There isn't a whole lot to tell at this point, but a quick update seemed to be in order:
We arrived. I was jetlagged, but much less violently than previous trips for which I am extremely grateful!
On Thursday I submitted my visa application with the help of a super visa/adoption paperwork courier whom I have known virtually for over 20 years. (www.theresalwayshope.com) The name of her business, There's Always Hope, is prophetic I hope. She has been a great help and encouragement.
So now we wait to pick up the visa on Tuesday. As of nearly midnight on Friday the consulate has not contacted her to say there is a problem, so I am taking that as a good sign. Prayers for a smooth process continue to be a high priority.
Otherwise life is pretty low key. I can't go anywhere that I cannot walk or train since my DL is in China, so that does limit my options. I miss the kids in China a lot, but my three adorable grandchildren are...adorable...so that's a big plus. Ice cream is plentiful.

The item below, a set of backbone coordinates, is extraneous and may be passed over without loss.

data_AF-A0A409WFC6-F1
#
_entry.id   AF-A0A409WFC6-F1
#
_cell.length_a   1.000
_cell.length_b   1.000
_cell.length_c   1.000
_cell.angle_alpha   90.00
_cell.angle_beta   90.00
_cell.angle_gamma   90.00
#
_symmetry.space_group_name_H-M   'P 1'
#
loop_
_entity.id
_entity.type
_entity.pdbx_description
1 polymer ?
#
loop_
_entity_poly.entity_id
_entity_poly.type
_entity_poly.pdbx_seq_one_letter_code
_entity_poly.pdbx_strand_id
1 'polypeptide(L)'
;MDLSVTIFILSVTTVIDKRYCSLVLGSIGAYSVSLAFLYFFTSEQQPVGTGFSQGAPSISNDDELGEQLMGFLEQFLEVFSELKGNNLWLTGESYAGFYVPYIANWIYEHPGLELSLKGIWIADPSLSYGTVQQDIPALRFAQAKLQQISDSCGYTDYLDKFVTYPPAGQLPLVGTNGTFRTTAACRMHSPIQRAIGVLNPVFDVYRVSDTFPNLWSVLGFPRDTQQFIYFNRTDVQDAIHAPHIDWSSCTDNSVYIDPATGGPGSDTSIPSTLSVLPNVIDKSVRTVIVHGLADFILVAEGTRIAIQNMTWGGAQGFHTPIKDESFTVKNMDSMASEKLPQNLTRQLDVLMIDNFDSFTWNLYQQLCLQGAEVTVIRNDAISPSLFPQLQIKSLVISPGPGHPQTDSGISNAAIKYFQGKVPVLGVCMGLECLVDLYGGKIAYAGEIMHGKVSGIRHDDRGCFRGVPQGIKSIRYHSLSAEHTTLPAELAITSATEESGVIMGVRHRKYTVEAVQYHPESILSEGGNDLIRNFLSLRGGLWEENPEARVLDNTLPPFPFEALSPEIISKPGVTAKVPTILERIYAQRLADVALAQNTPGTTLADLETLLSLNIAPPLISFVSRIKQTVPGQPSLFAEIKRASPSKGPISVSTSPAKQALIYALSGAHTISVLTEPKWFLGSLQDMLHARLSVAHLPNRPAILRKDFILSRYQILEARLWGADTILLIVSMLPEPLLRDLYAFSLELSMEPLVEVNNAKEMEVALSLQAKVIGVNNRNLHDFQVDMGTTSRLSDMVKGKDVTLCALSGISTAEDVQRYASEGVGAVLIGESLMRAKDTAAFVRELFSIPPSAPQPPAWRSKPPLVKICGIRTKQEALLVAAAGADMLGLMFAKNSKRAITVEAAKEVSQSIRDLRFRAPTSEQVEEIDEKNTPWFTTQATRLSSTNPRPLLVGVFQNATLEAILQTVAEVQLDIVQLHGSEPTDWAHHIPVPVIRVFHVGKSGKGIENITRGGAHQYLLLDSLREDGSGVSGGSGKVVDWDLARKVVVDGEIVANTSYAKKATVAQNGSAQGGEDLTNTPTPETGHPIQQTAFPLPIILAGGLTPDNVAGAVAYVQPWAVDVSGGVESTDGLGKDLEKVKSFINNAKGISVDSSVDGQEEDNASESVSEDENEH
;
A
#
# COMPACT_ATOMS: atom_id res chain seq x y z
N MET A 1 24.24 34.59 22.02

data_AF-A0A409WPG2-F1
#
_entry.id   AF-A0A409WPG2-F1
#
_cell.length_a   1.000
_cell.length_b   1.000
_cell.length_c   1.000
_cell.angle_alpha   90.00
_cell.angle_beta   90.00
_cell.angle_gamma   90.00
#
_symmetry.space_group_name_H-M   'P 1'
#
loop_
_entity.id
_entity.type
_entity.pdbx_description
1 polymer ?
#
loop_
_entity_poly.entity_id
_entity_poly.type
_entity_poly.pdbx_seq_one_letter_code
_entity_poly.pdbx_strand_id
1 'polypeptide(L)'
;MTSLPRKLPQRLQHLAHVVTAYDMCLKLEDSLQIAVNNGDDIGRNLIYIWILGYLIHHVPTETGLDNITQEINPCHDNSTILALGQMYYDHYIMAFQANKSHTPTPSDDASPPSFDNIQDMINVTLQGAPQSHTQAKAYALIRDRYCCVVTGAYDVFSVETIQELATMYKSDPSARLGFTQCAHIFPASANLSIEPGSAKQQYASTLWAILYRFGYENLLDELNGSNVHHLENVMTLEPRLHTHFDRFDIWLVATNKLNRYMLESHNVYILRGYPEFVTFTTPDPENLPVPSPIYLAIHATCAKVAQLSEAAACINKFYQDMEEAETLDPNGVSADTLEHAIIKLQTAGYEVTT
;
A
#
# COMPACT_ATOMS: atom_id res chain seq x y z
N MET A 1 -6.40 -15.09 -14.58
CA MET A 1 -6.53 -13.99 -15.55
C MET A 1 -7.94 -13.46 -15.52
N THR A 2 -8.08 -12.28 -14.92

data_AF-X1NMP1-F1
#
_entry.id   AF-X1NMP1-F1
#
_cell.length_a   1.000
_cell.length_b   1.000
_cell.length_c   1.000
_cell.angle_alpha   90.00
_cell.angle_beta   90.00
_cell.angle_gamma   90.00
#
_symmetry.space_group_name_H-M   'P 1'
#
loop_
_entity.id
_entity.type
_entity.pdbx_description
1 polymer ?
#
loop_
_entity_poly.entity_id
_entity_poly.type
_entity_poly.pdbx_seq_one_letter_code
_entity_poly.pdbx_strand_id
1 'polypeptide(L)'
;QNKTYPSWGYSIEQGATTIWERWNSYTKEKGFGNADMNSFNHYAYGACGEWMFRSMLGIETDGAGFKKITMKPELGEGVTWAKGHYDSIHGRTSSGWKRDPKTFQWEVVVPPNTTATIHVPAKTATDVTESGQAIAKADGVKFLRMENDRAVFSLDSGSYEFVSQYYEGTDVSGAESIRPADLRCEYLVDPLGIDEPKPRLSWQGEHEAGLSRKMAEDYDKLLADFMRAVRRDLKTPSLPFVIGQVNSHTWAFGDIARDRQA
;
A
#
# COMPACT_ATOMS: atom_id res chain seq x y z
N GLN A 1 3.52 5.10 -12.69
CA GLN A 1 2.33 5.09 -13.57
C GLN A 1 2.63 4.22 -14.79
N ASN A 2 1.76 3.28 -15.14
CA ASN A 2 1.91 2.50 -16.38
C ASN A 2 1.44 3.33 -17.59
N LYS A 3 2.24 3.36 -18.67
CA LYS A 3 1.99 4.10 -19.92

Please consider donating to the work I do with older orphans. It is my only source of income, and while I have many financial needs at this time, really the best reason to donate is because providing a dedicated resource for youth and young adults who are orphaned and disabled is worth it. Thank you.
This is an update that was definitely not on my radar last week. Definitely.
Last Sunday I was leading worship for our little expat team, getting the guest flat ready for a family coming to visit for a few days at the end of the week, and making sure I had all the paperwork ready to submit my visa application in Hong Kong. (At the end of 2017 my work visa had expired and Kristen and I had applied for new visas in Hong Kong. While she got a 10 year visa, I only got a 3 month one because my passport was expiring in August. I applied for a new passport, which was now ready to pick up in Hong Kong.) So on Tuesday we took the fast train to the border and then the subway into Hong Kong. New passport, new visa and we would be back in Hengyang on Friday.
I picked up my passport at the US consulate Tuesday afternoon. All shiny and new.
I dropped off my visa application at the Chinese visa office on Wednesday morning. Except: